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Dadishoʿ Qaṭraya’s Compendious Commentary on The Paradise of the Egyptian Fathers


in Garshuni


Edited and Translated by Mario Kozah, Abdulrahim Abu-Husayn & Suleiman Mourad
The Compendious Commentary by the Church of the East monk Dadishoʿ Qaṭraya (7th cent.) was originally written in Syriac but was eventually translated into Garshuni or Syro-Arabic. It is a work aimed at immersing the novice monk in the spiritual lore of the monastic vocation, and saturating his mind and spirit with advice and warnings about the pitfalls of aiming to be perfect while remaining nevertheless an imperfect human being. This is a critical edition and translation of the Compendious Commentary in Garshuni that uses all available manuscripts.
Publisher: Gorgias Press LLC
Availability: In stock
SKU (ISBN): 978-1-4632-0566-9
  • *
Publication Status: In Print

Publication Date: Jun 1,2016
Interior Color: Black
Trim Size: 6 x 9
Page Count: 374
Languages: English, Syriac
ISBN: 978-1-4632-0566-9
$85.00
$51.00

Dadishoʿ Qaṭraya is a seventh century Syriac author of monastic and ascetic literature, a Church of the East monk who was a native of the Qatar region, as his demonym “Qaṭraya” indicates. He belongs to an important group of Syriac writers on spirituality and commentators or exegetes within the Church of the East tradition who all originated from the Qatar region (Beth Qaṭraye) and were educated there. This fact reveals the presence of an important school of education that rivaled in its sophistication the other more well-known schools such as the School of Nisibis or the School of Edessa. The Syriac writers of Qatar as a whole produced some of the best and most sophisticated writing to be found in all Syriac literature of the seventh century.

Although Dadishoʿ Qaṭraya’s Compendious Commentary was originally written in Syriac it was eventually translated into Garshuni or Syro-Arabic. It is a work aimed at immersing the novice monk in the spiritual lore of the monastic vocation, and saturating his mind and spirit with advice and warnings about the pitfalls of aiming to be perfect while remaining nevertheless an imperfect human being. This Garshuni version features in a number of manuscripts one of which was first identified in Berlin by Eduard Sachau in 1899 who also established the relationship between this Garshuni Compendium and a Syriac abridged version to be found in the British Library. This critical edition and translation of the Compendious Commentary uses all available manuscripts.

This is the third publication of a three year research project funded by the Qatar National Research Fund (QNRF) under its National Priorities Research Program (NPRP). Project number: NPRP 4-981-6-025.

Front cover: Rubric indicating the start of Dadishoʿ Qaṭraya’s Compendious Commentary on The Paradise of the Egyptian Fathers in MS Mingana Syriac 174 folio 44v. Courtesy of Birmingham University Library.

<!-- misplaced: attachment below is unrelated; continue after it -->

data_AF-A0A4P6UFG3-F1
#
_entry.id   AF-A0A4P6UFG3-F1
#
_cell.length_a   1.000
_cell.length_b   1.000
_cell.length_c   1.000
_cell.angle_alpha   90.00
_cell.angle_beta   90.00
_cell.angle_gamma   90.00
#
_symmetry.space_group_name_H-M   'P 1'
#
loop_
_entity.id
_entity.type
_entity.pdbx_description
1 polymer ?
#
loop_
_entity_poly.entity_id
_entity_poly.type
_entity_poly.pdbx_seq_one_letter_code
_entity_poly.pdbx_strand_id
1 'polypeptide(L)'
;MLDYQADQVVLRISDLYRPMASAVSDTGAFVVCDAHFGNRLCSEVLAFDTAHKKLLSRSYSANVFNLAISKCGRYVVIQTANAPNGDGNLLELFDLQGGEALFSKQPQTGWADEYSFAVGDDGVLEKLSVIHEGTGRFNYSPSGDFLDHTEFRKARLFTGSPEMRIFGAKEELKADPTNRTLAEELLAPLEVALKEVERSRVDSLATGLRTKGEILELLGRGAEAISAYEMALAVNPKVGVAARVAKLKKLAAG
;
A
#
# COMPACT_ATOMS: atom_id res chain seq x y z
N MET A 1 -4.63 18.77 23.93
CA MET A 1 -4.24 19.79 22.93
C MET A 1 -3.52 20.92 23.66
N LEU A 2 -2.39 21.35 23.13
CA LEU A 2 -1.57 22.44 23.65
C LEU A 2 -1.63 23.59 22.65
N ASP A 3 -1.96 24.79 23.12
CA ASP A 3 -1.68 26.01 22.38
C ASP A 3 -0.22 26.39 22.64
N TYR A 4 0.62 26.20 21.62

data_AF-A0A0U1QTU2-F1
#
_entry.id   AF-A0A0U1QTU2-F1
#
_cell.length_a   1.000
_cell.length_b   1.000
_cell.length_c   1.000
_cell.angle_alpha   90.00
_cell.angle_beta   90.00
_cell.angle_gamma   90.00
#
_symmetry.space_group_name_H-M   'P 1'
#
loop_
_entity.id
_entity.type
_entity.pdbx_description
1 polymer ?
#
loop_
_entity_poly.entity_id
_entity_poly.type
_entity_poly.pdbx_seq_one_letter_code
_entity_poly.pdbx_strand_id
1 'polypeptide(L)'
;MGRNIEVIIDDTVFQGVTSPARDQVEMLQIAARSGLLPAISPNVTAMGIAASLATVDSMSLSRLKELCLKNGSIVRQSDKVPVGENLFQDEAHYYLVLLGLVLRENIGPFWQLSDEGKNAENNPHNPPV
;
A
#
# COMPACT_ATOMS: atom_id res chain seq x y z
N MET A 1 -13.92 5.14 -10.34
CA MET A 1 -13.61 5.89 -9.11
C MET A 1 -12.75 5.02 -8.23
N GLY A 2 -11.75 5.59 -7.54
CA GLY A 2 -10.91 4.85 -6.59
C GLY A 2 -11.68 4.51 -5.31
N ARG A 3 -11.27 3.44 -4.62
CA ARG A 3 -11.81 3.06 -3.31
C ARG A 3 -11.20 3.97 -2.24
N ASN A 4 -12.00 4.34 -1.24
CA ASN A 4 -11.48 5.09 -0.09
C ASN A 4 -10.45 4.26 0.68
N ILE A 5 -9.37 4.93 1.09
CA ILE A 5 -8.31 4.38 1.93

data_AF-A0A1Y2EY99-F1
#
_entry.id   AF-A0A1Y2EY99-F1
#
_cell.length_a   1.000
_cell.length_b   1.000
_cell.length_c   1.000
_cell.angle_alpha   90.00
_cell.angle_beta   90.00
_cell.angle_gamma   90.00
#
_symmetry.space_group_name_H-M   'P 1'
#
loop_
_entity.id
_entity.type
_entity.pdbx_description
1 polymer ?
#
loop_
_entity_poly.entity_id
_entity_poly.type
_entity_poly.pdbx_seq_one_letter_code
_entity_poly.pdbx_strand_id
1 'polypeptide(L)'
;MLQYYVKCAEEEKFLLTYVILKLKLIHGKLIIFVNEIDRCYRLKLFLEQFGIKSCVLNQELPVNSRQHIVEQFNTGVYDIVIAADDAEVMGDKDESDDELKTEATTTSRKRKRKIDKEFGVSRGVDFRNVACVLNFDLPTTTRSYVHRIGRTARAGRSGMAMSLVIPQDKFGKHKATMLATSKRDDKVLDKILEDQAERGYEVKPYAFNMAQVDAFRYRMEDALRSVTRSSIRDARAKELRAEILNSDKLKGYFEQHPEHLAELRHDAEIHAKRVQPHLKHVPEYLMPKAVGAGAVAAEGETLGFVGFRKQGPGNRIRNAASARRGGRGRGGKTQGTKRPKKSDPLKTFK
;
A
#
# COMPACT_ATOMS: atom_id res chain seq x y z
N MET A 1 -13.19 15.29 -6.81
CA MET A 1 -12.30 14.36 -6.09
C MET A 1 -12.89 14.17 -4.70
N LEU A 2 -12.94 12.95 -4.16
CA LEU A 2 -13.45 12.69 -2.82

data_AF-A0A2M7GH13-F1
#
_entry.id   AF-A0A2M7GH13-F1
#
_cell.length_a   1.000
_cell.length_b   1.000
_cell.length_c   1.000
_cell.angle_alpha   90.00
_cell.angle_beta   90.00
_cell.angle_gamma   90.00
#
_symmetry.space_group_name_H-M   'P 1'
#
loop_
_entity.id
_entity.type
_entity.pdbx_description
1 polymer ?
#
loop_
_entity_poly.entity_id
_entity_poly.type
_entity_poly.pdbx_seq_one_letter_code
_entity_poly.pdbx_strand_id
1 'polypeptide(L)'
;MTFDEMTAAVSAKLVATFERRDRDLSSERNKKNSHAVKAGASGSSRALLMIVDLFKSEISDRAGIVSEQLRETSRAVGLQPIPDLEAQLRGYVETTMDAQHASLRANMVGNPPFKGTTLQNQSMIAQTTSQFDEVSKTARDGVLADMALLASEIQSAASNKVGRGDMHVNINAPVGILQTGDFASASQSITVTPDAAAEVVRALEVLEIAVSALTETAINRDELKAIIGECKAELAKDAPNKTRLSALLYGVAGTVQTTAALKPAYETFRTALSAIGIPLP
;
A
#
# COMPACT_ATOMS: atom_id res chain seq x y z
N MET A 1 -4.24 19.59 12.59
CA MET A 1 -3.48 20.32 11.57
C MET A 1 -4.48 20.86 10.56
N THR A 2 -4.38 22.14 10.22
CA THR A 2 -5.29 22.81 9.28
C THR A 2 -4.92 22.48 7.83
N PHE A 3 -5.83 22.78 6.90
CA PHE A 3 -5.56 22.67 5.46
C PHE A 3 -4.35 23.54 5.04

Dadishoʿ Qaṭraya is a seventh century Syriac author of monastic and ascetic literature, a Church of the East monk who was a native of the Qatar region, as his demonym “Qaṭraya” indicates. He belongs to an important group of Syriac writers on spirituality and commentators or exegetes within the Church of the East tradition who all originated from the Qatar region (Beth Qaṭraye) and were educated there. This fact reveals the presence of an important school of education that rivaled in its sophistication the other more well-known schools such as the School of Nisibis or the School of Edessa. The Syriac writers of Qatar as a whole produced some of the best and most sophisticated writing to be found in all Syriac literature of the seventh century.

Although Dadishoʿ Qaṭraya’s Compendious Commentary was originally written in Syriac it was eventually translated into Garshuni or Syro-Arabic. It is a work aimed at immersing the novice monk in the spiritual lore of the monastic vocation, and saturating his mind and spirit with advice and warnings about the pitfalls of aiming to be perfect while remaining nevertheless an imperfect human being. This Garshuni version features in a number of manuscripts one of which was first identified in Berlin by Eduard Sachau in 1899 who also established the relationship between this Garshuni Compendium and a Syriac abridged version to be found in the British Library. This critical edition and translation of the Compendious Commentary uses all available manuscripts.

This is the third publication of a three year research project funded by the Qatar National Research Fund (QNRF) under its National Priorities Research Program (NPRP). Project number: NPRP 4-981-6-025.

Front cover: Rubric indicating the start of Dadishoʿ Qaṭraya’s Compendious Commentary on The Paradise of the Egyptian Fathers in MS Mingana Syriac 174 folio 44v. Courtesy of Birmingham University Library.

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Contributor Biography

Mario Kozah

Mario Kozah is Assistant Professor of Syriac and Islamic Studies at the American University of Beirut. He holds a B.A., M.A. and Ph.D. in Oriental Studies from the University of Cambridge.

Suleiman Mourad

Abdulrahim Abu-Husayn

  • Table of Contents (page 7)
  • Acknowledgments (page 9)
  • Introduction (page 11)
    • A Note on the Manuscripts (page 20)
    • List of Witnesses (page 20)
    • Stemma Codicum (page 22)
    • Manuscripts (page 23)
  • Text and Translation (page 25)
    • English Translation (page 26)
    • Garshuni Text (page 27)
  • Index of Biblical References (page 289)
  • Index of Names, Terms and Subjects (page 293)
  • Glossary of Proper Names and Key Concepts (page 297)
  • Bibliography (page 303)
  • Notes to the Garshuni Text (page 305)
  • Notes on the English Translation (page 359)
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